Myocardial infarction (MI) caused by coronary artery occlusion has become a principal cause of morbidity and mortality worldwide (Fox et al., 2007). Primary angioplasty and coronary artery bypass surgery, as well as ingestion of anticoagulant and thrombolytic drugs, are the classical treatment strategies for the recovery of blood flow in response to myocardial ischemia (Ferdinandy et al., 2007). Despite their safety and efficacy, the major drawback of these treatments is the irreversible injury to the myocardium via a pathological phenomenon known as ischemia/reperfusion (I/R), which induces autophagy both in animal and cell models (Sadoshima, 2008; Zhao et al., 2013). Autophagy is believed to play a beneficial role in ischemic hearts, as it improves cell survival and cardiac function. However, excessive autophagy has been shown to aggravate cell death via the overexpression of beclin-1 during reperfusion (Nakai et al., 2007; Nishino et al., 2008). Several studies have shown that autophagy provides cardioprotective benefits (Hamacher-Brady et al., 2006; Kanamori et al., 2011). One previous study explored the potential mechanisms of antithrombin III (AT) that contribute to myocardial protection after I/R injury, including anti-inflammation, the modulation of substrate metabolism (Ma et al., 2015), and the upregulation of genes related to apoptosis and cell cycle arrest (Zhang et al., 2006). However, whether autophagy is a protective response of AT in the myocardium suffering from I/R injury remains unknown.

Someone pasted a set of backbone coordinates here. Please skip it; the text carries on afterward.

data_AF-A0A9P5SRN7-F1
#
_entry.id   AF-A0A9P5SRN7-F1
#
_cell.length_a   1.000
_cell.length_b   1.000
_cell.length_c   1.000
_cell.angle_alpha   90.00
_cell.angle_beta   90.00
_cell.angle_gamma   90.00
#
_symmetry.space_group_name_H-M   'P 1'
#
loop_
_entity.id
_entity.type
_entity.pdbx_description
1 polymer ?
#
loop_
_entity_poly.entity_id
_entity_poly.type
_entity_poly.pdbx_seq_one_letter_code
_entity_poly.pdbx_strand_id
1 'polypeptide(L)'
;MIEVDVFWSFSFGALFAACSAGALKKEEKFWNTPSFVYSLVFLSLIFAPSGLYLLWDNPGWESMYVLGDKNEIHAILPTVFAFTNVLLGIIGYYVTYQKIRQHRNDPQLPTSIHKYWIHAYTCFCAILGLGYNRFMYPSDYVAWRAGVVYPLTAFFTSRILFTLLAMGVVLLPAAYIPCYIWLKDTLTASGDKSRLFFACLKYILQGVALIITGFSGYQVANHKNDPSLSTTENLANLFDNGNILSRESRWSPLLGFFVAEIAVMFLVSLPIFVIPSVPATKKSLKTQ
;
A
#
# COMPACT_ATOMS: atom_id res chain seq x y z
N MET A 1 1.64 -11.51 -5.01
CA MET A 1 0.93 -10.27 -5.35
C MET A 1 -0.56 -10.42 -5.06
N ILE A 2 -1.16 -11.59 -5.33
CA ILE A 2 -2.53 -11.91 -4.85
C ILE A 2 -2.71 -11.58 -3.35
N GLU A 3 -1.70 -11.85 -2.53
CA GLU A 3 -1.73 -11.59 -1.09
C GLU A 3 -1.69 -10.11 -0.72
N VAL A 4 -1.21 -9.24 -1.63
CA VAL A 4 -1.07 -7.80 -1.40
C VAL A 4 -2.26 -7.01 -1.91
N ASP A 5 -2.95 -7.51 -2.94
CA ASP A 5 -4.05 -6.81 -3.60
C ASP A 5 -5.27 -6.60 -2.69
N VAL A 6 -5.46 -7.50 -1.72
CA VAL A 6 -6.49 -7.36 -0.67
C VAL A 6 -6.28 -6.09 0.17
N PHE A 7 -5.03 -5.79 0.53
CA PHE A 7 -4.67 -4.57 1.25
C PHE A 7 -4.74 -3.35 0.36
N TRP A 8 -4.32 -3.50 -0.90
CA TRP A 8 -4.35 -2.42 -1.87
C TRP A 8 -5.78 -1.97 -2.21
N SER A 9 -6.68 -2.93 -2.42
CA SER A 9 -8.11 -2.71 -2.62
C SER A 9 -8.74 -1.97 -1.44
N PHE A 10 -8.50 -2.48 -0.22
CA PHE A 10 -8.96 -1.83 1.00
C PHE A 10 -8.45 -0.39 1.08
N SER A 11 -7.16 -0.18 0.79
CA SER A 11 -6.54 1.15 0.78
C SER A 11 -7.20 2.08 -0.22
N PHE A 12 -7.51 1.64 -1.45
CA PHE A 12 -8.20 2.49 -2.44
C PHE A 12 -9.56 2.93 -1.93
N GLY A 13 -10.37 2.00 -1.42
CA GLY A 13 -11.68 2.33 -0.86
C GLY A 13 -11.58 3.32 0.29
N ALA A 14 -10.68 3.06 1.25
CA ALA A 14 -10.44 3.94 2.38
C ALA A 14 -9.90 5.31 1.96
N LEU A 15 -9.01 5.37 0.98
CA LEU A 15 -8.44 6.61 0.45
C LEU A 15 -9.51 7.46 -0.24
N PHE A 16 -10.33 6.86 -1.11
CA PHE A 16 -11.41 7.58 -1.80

Materials and Methods

The experimental design of our study was presented in Figure 1.

FIGURE 1
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Figure 1. Experimental design. In vivo, I/R + AT(L) indicates the myocardial I/R injury group treated with a low dose of AT (5 mg/kg), and I/R + AT(H) indicates myocardial I/R injury group treated with a high dose of AT (20 mg/kg). (n = number 1/number 2; the former number indicates the number of mice in the group that underwent the surgery and survived, and the latter number indicates the total number of mice in the group). In vitro, H/R + AT(L) indicates the H9C2 cell H/R injury group exposed to a low dose of AT (1.5 × 10–3 μmol/L) and H/R + AT (H) indicates the H9C2 cell H/R injury group exposed to a high dose of AT (37.5 × 10–3 μmol/L), H/R + AT + rapamycin indicates the H9C2 cell group pretreated with rapamycin (100 nmol/L) for 2 h, followed by the induction of hypoxia and then treatment with a high dose of AT at the onset of reoxygenation, and H/R + AT + A6730 indicates the H9C2 cell group pretreated with A6730 (2.5 μmol/L) for 2 h, followed by the induction of hypoxia and then treatment with a high dose of AT at the onset of reoxygenation.